Asus ROG Strix Flare review: sturdy gaming keyboard that gets lost in the crowd | PCGamesN
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Asus ROG Strix Flare review: sturdy gaming keyboard that gets lost in the crowd

Asus ROG Strix Flare gaming keyboard

Asus are back at the keyboard game again with the ROG Strix Flare – an unashamedly ROG – but otherwise rather standard entry into the Cherry-powered gaming keyboard market.

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The Asus ROG Strix Flare design is unabashedly stylised for 1337 gamers – although that should come as no surprise due to the Republic of Gamers branding plastered all over this keyboard’s plastic enclosure. From the logo on the wrist rest, spacebar, and emblazoned translucent ‘badge’, you really can’t avoid the gaming lineage this keyboard spawns from.

Aside from the overt branding, the main visual feature of this keyboard is a ‘steel grey’ finish. For the record, and despite the implication, it’s actually plastic. This facade features a subtle diagonal brushed effect on the right side that does aid in creating a more premium feel than most plastic boards, but doesn’t quite make up for the lack of metal at this seriously high-end price point.

A wrist rest has also made its way into the Flare’s box. The sloped design of this included rest offers very little when it comes to actual wrist support and, honestly, slightly detracts from the style of the board when slotted into place. It also offers little in the way of comfort due to its plastic construction, and that’s disappointing when compared to the plush rests of similarly priced units, such as the Logitech G513 or Razer Blackwidow V2.

Asus ROG Strix Flare gaming keyboard

Speaking of pricing and competition, the Asus ROG Strix Flare is priced at $180 / £163. That’s a touch more expensive than the pacesetting Corsair K70, or Logitech’s popular Romer G alternative, the G810.

But, for that money, you do get some of the best of the best when it comes to mechanical switches. Asus have adopted the ubiquitous Cherry MX switches for the Flare – available in either Red or Brown (linear or tactile) variants. Look, I hear you… we’ve gone on about these switches before, and undoubtedly you’ll hear us go on about them again, so here’s a quick breakdown of Cherry MX switches for the uninformed: responsive, consistent, reliable, and insanely popular.

The inclusion of Cherry’s switches is never a bad thing – they keep churning out consistently rock-solid switches and we gobble them up. However, any keyboard featuring their popular switches really needs to be packed full of standout features to even surface momentarily among the ocean of comparable and competing gaming boards also vying for the top spot in this segment. The Flare, however, only has one really notably defining feature.

Asus ROG Strix Flare light strips

And that’s the media controls. Well, the location of them, at least. They’re on the left. The Flare comes with a conveniently wide volume wheel, Windows lock, brightness adjustment, and play, stop, skip back, and skip forward buttons, but all mirror-flipped from the top right (as is popular convention) to the top left. It’s not quite a design revelation, but it makes a lot of sense when your right hand is taken up with mousey responsibilities.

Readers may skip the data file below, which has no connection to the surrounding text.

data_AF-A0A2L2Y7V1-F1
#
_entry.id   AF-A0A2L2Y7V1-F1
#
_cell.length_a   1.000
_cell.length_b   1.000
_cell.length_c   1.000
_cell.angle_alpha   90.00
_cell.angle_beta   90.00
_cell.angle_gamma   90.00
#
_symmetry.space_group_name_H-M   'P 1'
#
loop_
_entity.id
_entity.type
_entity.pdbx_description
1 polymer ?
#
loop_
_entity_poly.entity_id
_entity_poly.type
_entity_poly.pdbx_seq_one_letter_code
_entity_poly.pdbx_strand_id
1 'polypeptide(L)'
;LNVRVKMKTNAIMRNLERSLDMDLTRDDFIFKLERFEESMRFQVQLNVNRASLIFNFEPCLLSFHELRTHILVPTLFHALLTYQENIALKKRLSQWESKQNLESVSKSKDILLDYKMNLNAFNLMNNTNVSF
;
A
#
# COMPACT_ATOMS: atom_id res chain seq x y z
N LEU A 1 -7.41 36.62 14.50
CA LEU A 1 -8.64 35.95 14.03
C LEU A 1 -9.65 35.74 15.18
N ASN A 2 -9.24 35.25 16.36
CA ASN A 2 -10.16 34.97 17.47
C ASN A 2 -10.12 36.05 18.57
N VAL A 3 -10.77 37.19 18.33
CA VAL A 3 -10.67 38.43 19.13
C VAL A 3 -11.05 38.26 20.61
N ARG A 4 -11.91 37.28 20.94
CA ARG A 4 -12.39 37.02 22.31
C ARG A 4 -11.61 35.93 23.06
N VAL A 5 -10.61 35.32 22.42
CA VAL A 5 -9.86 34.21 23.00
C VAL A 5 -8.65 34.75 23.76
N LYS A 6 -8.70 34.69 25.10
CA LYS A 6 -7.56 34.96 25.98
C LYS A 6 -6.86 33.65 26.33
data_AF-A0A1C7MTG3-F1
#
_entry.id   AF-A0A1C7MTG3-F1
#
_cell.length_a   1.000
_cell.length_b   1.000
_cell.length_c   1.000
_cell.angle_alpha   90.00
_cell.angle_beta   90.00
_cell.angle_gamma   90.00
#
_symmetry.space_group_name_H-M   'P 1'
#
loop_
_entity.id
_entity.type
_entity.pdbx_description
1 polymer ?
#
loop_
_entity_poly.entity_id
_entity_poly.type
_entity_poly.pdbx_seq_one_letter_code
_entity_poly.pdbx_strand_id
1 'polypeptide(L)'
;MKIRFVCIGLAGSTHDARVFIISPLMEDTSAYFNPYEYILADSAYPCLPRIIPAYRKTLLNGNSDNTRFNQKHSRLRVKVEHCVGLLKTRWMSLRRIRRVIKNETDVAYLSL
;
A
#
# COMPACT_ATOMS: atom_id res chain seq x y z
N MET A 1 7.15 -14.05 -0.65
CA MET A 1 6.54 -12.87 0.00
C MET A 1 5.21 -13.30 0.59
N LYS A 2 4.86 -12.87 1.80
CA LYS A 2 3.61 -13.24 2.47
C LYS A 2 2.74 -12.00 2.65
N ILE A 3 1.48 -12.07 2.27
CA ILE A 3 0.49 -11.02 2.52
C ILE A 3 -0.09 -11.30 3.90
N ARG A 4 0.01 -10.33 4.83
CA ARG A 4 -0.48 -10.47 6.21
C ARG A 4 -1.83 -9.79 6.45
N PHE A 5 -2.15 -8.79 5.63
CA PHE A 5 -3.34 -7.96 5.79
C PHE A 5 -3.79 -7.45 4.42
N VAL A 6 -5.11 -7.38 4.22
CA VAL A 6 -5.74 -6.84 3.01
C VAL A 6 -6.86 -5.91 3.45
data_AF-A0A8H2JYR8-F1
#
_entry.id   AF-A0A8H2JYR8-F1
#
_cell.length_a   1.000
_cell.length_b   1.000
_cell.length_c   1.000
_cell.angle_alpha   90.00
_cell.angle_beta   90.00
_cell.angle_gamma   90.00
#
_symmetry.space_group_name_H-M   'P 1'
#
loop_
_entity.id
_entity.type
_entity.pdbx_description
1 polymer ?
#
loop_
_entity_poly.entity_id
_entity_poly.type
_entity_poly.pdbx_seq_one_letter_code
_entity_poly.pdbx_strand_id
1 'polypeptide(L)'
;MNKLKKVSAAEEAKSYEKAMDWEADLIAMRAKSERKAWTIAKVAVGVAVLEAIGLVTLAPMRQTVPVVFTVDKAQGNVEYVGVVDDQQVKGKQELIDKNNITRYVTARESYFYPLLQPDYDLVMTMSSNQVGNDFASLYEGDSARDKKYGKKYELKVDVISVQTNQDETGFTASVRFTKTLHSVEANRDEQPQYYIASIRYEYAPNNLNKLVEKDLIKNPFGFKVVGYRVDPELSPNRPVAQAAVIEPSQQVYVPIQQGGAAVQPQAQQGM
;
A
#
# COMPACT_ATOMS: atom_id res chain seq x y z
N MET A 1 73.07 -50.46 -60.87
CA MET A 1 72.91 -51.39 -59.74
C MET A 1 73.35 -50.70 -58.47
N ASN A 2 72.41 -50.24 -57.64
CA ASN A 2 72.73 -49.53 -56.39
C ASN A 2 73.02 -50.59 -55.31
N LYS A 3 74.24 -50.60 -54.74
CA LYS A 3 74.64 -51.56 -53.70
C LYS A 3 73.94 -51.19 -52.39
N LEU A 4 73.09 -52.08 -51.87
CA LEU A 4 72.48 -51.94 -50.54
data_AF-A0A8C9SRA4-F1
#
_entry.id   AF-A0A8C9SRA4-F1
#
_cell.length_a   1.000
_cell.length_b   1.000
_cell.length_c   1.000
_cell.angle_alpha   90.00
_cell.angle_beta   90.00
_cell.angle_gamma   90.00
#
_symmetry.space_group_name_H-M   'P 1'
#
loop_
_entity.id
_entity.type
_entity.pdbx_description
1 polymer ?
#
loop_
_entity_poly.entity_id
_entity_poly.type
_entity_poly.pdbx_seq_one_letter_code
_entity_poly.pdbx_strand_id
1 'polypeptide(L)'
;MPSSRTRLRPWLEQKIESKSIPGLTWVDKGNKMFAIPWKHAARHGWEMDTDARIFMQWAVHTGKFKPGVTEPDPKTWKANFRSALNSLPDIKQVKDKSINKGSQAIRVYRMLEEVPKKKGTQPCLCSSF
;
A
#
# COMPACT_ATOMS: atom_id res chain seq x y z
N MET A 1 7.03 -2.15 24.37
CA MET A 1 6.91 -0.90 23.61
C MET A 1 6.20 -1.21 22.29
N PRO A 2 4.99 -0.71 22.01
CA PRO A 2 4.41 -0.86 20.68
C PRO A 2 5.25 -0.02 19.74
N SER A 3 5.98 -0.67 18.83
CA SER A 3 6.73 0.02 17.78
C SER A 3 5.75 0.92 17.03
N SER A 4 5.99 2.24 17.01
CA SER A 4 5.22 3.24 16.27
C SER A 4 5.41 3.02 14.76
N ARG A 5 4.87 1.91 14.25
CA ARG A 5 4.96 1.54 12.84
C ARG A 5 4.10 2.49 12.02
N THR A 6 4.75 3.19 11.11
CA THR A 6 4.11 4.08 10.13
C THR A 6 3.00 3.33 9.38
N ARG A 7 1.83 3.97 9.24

The RGB implementation of the Flare isn’t all that defining, however, but it’s not lazy either. Per-key lighting is contrasted against a white backing layer above the PCB. There are two multi-zone underglow bars running parallel on either side of the keyboard. And a removable translucent ‘badge’ in the top right features single-LED illumination.

These many LEDs are controlled through the Asus Armory app, in which you’ll find a sizeable collection of default lighting effects and options to customise your own effects. The app itself is a little dated, and also restricted to only ROG mice and keyboards. Due to this limitation, to sync up any other Asus components in your rig you’ll need to utilise the slightly more limited Asus Sync software in lieu of Armory.

Asus ROG Strix Flare wrist rest

The technical specs of the Flare are also pretty run-of-the-mill at this price range. These include: 100% anti-ghosting and N-key rollover, onboard memory for local profiles, one cable routing groove, and a single USB 2.0 passthrough on the rear of the board, next to the thick braided dual USB cable for keyboard and USB.

As a complete package, it’s hard to fault Asus’s quality control. Unfettered access to high-quality manufacturing is one feather in Asus’s cap that few can match, yet the design isn’t quite pushing the boundaries of keyboard design in 2018. Cherry switches and ROG branding certainly garner respect and loyalty en masse, but will only get you so far in an extremely saturated gaming keyboard market.

As it stands, the Asus ROG Strix Flare is on the cusp of competitive, but not quite there yet.

PCGamesN verdict: 7/10

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